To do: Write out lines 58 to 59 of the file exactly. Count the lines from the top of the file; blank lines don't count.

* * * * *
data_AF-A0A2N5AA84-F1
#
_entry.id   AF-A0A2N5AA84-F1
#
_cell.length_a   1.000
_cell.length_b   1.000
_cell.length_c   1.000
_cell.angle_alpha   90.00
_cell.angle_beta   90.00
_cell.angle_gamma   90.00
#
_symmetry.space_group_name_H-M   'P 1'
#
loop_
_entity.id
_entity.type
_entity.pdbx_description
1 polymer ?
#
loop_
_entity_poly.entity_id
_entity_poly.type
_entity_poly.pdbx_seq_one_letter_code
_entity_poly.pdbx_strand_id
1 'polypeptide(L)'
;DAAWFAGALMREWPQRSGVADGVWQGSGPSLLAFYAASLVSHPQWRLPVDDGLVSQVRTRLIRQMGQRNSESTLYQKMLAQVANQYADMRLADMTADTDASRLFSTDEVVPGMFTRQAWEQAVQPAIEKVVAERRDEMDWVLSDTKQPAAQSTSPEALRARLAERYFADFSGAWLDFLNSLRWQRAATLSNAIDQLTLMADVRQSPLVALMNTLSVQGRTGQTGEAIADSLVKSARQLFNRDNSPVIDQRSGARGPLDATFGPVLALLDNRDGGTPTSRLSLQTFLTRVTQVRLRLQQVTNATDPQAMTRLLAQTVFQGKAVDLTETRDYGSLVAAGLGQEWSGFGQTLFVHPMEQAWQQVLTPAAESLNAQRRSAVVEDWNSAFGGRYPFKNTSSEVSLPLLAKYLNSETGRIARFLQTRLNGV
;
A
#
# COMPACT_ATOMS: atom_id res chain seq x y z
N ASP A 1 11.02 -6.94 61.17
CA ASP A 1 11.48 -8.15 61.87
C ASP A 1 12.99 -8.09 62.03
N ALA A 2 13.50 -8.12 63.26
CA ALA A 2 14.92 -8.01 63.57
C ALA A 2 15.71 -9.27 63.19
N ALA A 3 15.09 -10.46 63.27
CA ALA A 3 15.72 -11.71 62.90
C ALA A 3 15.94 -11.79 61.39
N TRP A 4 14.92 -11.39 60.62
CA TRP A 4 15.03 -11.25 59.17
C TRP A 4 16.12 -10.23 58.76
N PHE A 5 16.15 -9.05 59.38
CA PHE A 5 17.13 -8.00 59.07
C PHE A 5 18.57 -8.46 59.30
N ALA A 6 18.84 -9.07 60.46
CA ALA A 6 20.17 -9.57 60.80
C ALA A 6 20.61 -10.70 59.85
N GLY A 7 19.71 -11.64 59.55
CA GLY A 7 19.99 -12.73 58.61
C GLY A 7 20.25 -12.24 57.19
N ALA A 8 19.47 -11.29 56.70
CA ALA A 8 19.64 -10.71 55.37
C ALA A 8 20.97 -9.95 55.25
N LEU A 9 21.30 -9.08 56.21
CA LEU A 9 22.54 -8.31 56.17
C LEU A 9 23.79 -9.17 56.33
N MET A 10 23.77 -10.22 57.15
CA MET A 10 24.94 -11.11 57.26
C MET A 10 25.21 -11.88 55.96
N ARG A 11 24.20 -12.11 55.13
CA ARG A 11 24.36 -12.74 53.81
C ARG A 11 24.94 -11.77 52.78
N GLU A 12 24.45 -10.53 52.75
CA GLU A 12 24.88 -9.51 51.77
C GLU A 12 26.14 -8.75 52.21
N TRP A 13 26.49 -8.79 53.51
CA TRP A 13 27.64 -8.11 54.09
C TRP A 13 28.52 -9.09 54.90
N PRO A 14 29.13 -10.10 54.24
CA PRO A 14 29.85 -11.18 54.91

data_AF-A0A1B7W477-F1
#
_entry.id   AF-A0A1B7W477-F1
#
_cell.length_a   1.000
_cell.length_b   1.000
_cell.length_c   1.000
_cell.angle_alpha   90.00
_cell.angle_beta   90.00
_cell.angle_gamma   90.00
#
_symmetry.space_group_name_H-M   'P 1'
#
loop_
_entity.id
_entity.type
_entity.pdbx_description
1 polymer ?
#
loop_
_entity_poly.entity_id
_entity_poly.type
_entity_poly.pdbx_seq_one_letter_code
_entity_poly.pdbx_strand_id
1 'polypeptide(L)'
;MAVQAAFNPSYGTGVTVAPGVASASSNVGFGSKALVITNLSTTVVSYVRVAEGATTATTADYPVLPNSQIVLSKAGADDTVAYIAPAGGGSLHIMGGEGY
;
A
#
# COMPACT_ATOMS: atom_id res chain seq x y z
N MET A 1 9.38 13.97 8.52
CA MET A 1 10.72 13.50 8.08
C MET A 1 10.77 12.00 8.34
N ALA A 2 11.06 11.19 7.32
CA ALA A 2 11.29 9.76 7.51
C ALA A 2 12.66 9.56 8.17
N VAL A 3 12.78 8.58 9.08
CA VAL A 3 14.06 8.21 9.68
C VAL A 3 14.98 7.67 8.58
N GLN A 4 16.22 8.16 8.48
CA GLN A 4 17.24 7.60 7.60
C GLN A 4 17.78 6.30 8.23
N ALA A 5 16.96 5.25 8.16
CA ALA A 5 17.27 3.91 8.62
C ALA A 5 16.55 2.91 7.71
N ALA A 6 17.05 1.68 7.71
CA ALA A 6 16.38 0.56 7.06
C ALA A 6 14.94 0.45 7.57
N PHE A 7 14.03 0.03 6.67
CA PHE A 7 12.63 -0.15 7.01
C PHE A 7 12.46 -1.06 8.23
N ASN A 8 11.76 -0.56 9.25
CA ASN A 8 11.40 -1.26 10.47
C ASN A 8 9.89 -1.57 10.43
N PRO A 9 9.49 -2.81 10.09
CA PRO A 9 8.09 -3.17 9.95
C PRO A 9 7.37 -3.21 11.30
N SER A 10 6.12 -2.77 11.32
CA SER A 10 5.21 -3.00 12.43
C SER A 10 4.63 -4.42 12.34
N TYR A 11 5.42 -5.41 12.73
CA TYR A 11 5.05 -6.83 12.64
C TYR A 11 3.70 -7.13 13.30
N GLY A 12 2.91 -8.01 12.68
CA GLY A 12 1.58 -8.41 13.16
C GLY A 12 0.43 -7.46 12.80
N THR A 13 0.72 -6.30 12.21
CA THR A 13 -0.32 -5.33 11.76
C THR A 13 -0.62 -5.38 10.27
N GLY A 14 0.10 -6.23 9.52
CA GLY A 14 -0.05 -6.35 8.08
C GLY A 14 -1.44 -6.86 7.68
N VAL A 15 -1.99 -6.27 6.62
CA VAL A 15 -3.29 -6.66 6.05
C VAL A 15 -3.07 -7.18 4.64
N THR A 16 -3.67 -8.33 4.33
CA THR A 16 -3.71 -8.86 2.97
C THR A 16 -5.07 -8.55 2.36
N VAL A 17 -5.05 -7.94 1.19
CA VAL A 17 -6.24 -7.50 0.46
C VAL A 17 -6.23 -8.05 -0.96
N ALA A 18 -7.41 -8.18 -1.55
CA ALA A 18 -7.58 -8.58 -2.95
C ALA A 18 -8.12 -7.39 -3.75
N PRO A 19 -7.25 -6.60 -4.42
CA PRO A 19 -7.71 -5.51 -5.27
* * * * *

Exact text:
N MET A 10 23.77 -10.22 57.15
CA MET A 10 24.94 -11.11 57.26